See, there are plenty of things to do to make sure that you’re crafting the best manuscripts that you can. Besides, I don’t want to just be on a bookshelf. I want to leave a mark on the entire library. Back to work!
 

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My Halloweensie Entry: Geraldine’s Boo Debut

I decided yesterday I was going to actually write a story for Susanna Hill’s Halloweensie contest. She has awesome prizes, so why not? So, while the kids are taking their sweet time eating their 2nd breakfast (morning grazers).
The story had to use the words ghost, spider, and moon in some way. It also had to be 100 words or less. Mine is exactly 100 words, excluding the title.
_____________________________________________________________

Geraldine’s Boo Debut

Geraldine Ghost floated out of bed singing a happy little song. Her Halloween scare debut was tonight, and she had to practice her BOO song. When she got to the chorus, she HICCUPED! She hiccupped all day while the sun was high in the sky.
She held her breath. She turned red. HICCUP!
She drank water. She pouted and turned blue. HICCUP!
She sat near a tree, under the gumball moon, when down came a spider.
“BOO!” said the spider, and frightened Geraldine’s hiccups away.
That night, Geraldine floated along the stage, singing her song. It went without a hiccup.
 

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Of course, hard work, but LUCK!

Hey, writer! Clearly we work hard to hone our crafts. Some of us spend years in the query trenches. Many of us spend a great deal of money  on critiques, books, conferences, and courses. Does that guarantee our success? Absolutely not.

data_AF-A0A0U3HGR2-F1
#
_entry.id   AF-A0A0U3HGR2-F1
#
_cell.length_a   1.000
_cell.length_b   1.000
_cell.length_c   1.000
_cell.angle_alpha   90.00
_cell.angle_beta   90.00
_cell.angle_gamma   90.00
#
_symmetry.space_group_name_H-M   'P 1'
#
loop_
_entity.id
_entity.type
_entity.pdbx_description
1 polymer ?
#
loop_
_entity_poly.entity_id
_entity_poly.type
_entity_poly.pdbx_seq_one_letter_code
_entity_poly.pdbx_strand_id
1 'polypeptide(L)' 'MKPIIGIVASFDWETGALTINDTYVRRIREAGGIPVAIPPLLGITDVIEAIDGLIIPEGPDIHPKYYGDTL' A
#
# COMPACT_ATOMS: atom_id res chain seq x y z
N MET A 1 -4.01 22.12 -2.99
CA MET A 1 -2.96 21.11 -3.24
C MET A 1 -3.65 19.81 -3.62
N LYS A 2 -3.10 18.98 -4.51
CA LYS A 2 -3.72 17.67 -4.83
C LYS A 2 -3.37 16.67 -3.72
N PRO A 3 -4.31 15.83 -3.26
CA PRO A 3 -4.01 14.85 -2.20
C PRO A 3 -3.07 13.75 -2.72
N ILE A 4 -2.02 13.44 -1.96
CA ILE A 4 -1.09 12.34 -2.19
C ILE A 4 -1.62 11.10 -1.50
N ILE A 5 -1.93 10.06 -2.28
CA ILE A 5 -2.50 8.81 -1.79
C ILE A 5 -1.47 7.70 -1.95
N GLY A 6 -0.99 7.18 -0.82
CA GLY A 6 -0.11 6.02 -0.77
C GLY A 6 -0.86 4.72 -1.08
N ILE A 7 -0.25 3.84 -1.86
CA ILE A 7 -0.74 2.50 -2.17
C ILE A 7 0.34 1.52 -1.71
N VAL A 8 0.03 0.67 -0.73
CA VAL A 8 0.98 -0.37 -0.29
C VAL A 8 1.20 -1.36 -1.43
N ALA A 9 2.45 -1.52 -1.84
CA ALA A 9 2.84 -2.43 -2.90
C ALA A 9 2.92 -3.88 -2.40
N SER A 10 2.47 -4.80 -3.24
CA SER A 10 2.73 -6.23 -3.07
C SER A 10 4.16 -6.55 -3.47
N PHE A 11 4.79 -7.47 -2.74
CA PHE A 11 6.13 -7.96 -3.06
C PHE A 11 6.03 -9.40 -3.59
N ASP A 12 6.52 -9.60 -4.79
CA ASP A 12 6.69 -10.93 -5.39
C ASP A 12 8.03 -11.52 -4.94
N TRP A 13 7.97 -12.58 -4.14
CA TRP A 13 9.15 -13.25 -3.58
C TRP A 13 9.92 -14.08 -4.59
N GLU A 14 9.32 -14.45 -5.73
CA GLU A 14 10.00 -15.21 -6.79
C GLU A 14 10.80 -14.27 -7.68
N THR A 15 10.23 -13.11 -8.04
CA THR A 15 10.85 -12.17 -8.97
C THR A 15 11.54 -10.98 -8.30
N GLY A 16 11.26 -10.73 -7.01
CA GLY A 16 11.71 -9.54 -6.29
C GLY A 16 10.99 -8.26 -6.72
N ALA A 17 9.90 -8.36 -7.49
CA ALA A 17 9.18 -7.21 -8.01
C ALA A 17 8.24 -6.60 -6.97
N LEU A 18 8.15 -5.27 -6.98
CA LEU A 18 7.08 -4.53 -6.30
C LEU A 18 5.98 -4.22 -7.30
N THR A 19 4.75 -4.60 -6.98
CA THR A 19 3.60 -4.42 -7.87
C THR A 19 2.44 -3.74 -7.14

When you are frustrated, and maybe even irritable, with where you are in your writing journey, please don’t forget how subjective this all is.
I’m still toiling away even though I have an agent now. (See, getting an agent is just one hurdle of many. It’s not the golden ticket to being published.)
You may feel that you’re doing everything right and getting nowhere. You could be write. Despite all of your hard work, you may still need the stars to align and the right editor to champion your work.
Don’t underestimate the role of luck in all of this. Just know that out of 365 days, one of them is likely to be your lucky day.
Let’s keep writing!
 
 

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On being bad at waiting

I suck at waiting. I am crazy impatient. Guess what you can’t be when you’re working towards being a published writer: impatient. I distinctly remember waiting to hear back from agents as being ridiculously agonizing? I had to stop my emails from getting pushed to my phone.
I didn’t know what to expect after I got an agent. I mean, where’s the backdoor guide to what happens between signing with an agent and getting published? I need that. Here’s what I imagined would happen:
 
Yup. My agent would roll out the red carpet that would lead to my publishing dreams. After all, I had made it! I had been noticed and plucked from the eager writer masses.
That’s not what happened at all. There are levels to this! It’s like a tiered claw machine. I am armed with stories, but I have to yet again get noticed and plucked from the (albeit smaller) masses. It’s a mental marathon.
So, no. Having an agent doesn’t mean that you have someone to roll out a red carpet that leads to your publication dreams. It does mean that you have an ally, an ally that helps you swing over alligator moats, bust through drawbridges, and kick down doors. Obviously, those things take time.